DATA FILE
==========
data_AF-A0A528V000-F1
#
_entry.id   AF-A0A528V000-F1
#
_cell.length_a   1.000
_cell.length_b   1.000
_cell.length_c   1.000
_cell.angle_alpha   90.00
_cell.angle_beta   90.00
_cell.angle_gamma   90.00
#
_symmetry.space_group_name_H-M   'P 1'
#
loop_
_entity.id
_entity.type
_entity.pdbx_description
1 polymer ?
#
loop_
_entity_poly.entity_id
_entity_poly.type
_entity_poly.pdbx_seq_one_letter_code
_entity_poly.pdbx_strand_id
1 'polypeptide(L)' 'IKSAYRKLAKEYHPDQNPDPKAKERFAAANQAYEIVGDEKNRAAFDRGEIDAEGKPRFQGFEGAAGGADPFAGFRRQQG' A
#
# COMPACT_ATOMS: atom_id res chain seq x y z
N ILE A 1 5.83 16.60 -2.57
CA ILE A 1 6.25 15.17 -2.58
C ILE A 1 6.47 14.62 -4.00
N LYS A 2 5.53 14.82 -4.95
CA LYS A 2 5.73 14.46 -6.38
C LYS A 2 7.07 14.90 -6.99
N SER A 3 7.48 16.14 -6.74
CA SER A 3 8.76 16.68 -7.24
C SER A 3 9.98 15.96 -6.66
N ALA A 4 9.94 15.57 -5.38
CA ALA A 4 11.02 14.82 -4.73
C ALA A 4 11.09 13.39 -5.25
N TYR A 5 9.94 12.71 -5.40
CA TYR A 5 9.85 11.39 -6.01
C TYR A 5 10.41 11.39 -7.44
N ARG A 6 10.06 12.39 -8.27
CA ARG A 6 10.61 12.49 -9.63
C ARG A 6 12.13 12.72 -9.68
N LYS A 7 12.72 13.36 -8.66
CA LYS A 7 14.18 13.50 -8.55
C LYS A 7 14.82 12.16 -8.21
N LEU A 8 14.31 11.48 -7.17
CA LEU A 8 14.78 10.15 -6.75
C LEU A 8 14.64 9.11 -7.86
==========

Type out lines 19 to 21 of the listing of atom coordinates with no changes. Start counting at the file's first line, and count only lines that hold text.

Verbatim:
#
loop_
_entity_poly.entity_id